New Descriptive Label: Original Presentation Format - AVS Forum | Home Theater Discussions And Reviews
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post #1 of 3 Old 07-03-2001, 01:12 PM - Thread Starter
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I think most of us feel that Widescreen is the way to go. Now why are some people, often referred to as Joe Six Pack, not taking to Widescreen. It's all semantics! Full screen just seems bigger to the ignorant (not used in a negative context.) Some half informed consumers think you need a widescreen tv to watch it. (Maybe someone at BB told them this!) The terminology used to be known as "letterbox" and now "widescreen" is more often used. I don't think there is a difference, but maybe there is. Anyway, I believe that if the studios changed "widescreen" to something more easily absorbed it would help. I was thinking Original Presentation Edition. It seems to me that Full Screen vs Widescreen is misleading. You aren't actually getting the full movie or full "screen" as people somehow believe, you are getting just the opposite, less screen. Anyone have a better description than Original Presentation? I think they should call all "fullscreen" dvds PAN and SCAN. Let's see who buys them then.

- Down with Disney, NBC, FOX, Cheap Channel and other lame media companies with short-term tunnel vision.

[This message has been edited by Wooderson (edited 07-03-2001).]
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post #2 of 3 Old 07-12-2001, 03:25 AM
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I think studios should label dvds with an Original Aspect Ratio banner. This would at least get my fellow Joe 6 Packs to ask questions about what an aspect ratio is and how much more image they stand to gain. Believe it or not, a lot of people don't know that 4:3 TVs and theater screens are different aspect ratios. A lot of people don't know that there are different aspect ratios for different programs and movies. That is one of the main causes for the problem. They believe that everything is the same size as their 4:3 Tvs and if something doesn't totally fill up their screens then something is wrong and they are getting ripped off.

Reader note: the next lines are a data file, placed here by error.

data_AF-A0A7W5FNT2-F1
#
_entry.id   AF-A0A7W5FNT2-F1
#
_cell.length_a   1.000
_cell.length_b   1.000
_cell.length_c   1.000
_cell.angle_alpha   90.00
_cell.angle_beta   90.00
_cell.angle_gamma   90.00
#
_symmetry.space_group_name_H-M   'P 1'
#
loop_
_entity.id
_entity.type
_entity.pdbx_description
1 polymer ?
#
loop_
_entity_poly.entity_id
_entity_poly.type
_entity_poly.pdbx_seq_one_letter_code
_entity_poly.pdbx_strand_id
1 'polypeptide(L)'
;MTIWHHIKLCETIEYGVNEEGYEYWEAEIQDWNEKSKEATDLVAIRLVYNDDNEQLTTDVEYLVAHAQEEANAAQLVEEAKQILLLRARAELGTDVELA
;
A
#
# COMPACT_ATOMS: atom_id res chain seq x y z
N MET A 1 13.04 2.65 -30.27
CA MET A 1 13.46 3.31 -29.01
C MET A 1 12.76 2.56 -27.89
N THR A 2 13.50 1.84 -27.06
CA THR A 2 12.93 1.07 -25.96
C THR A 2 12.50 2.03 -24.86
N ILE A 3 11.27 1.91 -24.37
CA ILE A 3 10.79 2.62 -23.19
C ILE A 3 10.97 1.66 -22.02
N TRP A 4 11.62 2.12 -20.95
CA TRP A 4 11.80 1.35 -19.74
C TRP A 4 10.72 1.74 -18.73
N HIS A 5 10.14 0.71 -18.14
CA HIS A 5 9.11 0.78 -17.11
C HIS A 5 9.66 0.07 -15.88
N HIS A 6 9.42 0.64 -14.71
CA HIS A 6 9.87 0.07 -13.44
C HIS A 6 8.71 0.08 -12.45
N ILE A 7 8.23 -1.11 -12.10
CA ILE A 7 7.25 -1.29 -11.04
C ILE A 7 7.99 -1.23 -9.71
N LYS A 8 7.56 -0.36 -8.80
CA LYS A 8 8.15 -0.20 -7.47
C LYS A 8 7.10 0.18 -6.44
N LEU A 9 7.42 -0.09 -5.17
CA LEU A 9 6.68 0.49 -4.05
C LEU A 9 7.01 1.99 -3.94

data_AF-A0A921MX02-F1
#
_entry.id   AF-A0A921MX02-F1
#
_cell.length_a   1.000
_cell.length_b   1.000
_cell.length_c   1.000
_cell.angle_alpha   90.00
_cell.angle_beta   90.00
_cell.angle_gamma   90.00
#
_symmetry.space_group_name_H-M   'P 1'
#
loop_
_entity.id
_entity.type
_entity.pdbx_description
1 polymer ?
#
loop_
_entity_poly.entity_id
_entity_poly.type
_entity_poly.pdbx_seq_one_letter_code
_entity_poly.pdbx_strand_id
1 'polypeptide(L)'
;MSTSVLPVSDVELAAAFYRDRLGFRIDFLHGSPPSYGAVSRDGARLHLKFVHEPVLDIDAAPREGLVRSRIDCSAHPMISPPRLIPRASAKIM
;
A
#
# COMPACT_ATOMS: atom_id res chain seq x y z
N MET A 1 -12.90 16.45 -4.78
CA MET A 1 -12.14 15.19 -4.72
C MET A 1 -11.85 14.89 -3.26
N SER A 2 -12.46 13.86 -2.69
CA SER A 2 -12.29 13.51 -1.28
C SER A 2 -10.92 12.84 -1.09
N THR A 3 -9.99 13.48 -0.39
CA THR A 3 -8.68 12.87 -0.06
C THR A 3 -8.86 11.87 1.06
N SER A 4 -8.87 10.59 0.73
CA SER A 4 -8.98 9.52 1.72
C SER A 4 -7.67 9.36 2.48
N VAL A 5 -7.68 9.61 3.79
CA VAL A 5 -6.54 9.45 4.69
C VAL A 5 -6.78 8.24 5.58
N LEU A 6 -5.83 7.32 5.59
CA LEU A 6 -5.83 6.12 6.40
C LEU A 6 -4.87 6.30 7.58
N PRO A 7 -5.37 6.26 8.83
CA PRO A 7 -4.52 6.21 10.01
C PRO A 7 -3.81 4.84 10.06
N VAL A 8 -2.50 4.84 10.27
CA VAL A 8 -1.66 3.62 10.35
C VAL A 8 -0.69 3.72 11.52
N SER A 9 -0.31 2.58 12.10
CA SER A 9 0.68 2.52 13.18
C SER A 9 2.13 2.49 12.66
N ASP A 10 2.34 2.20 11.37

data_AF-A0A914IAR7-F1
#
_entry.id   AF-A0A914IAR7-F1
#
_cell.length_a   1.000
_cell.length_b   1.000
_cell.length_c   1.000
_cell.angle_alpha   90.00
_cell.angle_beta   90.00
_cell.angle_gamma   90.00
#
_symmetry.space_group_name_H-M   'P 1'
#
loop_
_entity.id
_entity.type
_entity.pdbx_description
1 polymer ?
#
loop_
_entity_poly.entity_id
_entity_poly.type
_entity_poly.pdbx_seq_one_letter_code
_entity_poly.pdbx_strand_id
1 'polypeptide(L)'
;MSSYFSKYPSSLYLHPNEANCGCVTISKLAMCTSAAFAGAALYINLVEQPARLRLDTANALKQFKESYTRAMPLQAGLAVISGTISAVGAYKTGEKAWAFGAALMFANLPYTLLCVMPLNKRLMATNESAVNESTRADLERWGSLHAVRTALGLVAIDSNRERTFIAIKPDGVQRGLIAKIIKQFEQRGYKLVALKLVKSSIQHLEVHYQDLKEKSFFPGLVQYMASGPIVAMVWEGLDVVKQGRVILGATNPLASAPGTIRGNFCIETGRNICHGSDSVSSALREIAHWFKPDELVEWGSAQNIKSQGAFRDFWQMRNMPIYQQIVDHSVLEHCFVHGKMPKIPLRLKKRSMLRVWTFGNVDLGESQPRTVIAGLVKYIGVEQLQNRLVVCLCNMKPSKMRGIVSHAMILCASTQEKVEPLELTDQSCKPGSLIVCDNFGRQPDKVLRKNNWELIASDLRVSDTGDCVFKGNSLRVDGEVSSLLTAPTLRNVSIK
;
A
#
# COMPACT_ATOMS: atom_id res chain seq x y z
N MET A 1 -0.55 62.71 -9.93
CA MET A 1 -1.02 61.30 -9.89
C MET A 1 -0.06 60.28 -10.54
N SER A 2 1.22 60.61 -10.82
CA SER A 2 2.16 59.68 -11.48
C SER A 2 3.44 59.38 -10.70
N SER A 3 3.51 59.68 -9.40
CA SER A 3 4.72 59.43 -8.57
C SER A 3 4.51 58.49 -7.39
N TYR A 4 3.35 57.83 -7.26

Owning a DVD player and a computer does not make you a film scholar.

Just because I don't care, doesn't mean I don't understand.

Just because I don't care, doesn't mean I don't understand.
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post #3 of 3 Old 07-12-2001, 10:04 AM
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The problem I have with "pan and scan" is that it implies
that the 4:3 version of a movie is always missing the left
and right sides of a picture.

This isn't always the case.

"The Big Lebowski" is a good example.

There is a 4:3 version on one side of the disc and
a 16:9 version on the other side of the disc.

Watch the scene where John Goodman sits down
in the bowling alley with a dog in a cage.

In the 16:9 version, the dog is offscreen.
Below John's waist - sitting on the floor.

In the 4:3 version, you can see John's feet
and the dog cage sitting on the ground.

Given the dialogue at that point in time,
I would argue that the 4:3 version works
importantly, the 16:9 version seems to be
"pan and scan" version for that specific
scene because something clearly IS missing.

I believe if you compare the two versions
of the movie, you won't find a clear winner.
In many cases the 16:9 version will appear
to be a better shot - but in some cases, to
my surprise - I thought the reverse was true.

Its almost like in the old days where recording
artists would make a mono mix and a stereo mix
of the same album. The Beatles to this day
still prefer the mono mix of the Sgt. Pepper

And there are tangible differences in both
(different tape loops used - check the laughing
at the end of "Within You, Without You" if you
have both copies of the album.

Personally what I would prefer to see is
more discs like The Big Lebowski - where
someone (perhaps the Coens themself) carefully analyzed each shot and chose the best shot for each version of the movie. Just like in the old days when George Martin
would make both a stereo and a mono mix.

I'm happy with my 16:9 tv but I keep refraining
from buying my father a DVD player because I
KNOW he will hate watching a 2.35 movie on
a 4:3 TV - and he aint about to buy a new
TV. But give him a two sided disc - and
he's happy - and he can start to think about
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